The Volokh Conspiracy
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Who Knew That The Public Readiness and Emergency Preparedness Act Protects A Right To Abortion?
The Biden Administration is about to walk into another eviction moratorium debacle.
Politico reports that the Biden Administration has potentially settled on an executive-action response to Dobbs:
White House officials plotting the administration's post-Roe response are weighing a narrow public health directive aimed at safeguarding nationwide access to abortion pills, three people familiar with the discussions told POLITICO.
The Biden team has zeroed in on that authority in recent days. They consider it the most feasible of the White House's limited options for protecting abortion rights, and have concluded that it could have the most immediate on-the-ground impact while also quelling Democrats' demands for stronger action. . . .
The proposal would rely on powers under the Public Readiness and Emergency Preparedness (PREP) Act reserved for public health emergencies to shield doctors, pharmacies and others from liability for providing abortion pills to people across the country — even those who live in states that have outlawed or severely restricted the procedure. . . .
Abortion pills can be used up to the (roughly) ten-week mark. According to the Guttmacher Institute, more than half of all American abortions were performed with pills.
Politico observes that some members of the administration are nervous:
Yet such a move still faces deep skepticism from senior aides who are unconvinced it would survive the inevitable legal challenges, and who worry conservative judges will seize on any opportunity to further limit President Joe Biden's executive power.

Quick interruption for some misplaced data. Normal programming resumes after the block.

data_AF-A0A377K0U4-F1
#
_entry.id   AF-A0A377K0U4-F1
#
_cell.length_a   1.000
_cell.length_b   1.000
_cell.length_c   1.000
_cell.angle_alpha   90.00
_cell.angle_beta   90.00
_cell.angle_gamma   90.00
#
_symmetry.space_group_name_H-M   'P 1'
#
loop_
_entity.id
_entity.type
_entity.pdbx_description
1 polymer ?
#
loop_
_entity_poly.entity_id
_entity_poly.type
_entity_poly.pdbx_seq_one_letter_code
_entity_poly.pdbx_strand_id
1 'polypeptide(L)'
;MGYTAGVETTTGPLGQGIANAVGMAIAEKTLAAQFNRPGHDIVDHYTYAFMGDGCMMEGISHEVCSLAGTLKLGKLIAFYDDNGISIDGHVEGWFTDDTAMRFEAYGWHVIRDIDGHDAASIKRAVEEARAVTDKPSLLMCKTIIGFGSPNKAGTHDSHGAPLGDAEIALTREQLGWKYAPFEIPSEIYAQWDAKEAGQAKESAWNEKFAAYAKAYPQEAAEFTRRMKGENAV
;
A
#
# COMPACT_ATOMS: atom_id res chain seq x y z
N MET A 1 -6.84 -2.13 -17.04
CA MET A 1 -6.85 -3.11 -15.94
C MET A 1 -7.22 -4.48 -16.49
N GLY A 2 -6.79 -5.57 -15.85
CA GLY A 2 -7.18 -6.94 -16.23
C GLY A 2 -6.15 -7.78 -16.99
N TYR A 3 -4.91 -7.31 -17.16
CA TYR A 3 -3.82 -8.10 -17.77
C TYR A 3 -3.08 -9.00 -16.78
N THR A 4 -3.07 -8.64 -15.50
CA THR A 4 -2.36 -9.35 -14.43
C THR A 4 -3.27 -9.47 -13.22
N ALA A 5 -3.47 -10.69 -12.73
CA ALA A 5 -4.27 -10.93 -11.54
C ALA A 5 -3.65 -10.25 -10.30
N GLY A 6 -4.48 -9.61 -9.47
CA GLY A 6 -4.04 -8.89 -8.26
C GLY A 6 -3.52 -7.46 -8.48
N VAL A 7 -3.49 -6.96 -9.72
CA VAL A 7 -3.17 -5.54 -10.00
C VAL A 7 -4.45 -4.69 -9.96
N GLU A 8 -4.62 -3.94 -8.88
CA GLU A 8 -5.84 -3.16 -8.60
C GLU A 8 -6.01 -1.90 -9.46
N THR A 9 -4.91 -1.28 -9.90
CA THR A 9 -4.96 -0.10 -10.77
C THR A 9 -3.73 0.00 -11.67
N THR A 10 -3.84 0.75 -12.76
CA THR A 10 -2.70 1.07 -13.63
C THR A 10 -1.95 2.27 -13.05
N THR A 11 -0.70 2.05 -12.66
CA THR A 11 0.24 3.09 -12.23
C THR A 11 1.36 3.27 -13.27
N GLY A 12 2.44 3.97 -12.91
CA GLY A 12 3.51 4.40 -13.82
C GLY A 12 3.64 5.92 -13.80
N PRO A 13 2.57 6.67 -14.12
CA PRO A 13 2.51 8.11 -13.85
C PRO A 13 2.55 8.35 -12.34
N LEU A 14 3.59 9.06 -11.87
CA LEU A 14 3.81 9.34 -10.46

"It's the only one that's had a reasonably decent amount of support [internally]," one of the people familiar with the discussions said of a PREP Act declaration. "But there's no one that's gung ho."
Rightfully so! Who knew that Public Readiness and Emergency Preparedness Act of 2005 gave the President the power to establish a federal right to abortion at the ten-week mark.
This move is very risky.
First, the Court already signaled in the eviction moratorium litigation that it would not allow the President to leverage "emergency" powers to accomplish controversial domestic policy goals. While the pandemic may credibly be called an emergency–at least in its early stages–the aftermath of Dobbs would not meet that standard. Indeed, almost a month has elapsed since Dobbs. Every day that passes, the case for an emergency fades.
Second, since the eviction moratorium case, the Court decided West Virginia v. EPA. This case seems to be yet another major question that should be resolved by Congress, and not the executive branch unilaterally. Really, is there any question that is more major than abortion!? The Dobbs case has fractured the nation–far more than some mundane climate change regulations. Has Congress ever even hinted that it would regulate abortion in this fashion?
Third, this proposed order is a transparent effort to flout Dobbs. I suspect even the Chief Justice would blanche at this stratagem.
I suspect that career attorneys in the federal government are worried that this order would further weaken the executive branch's toolkit to manage actual emergencies. Will the Biden Administration be able to resist the temptation? Or will they look for "better" lawyers?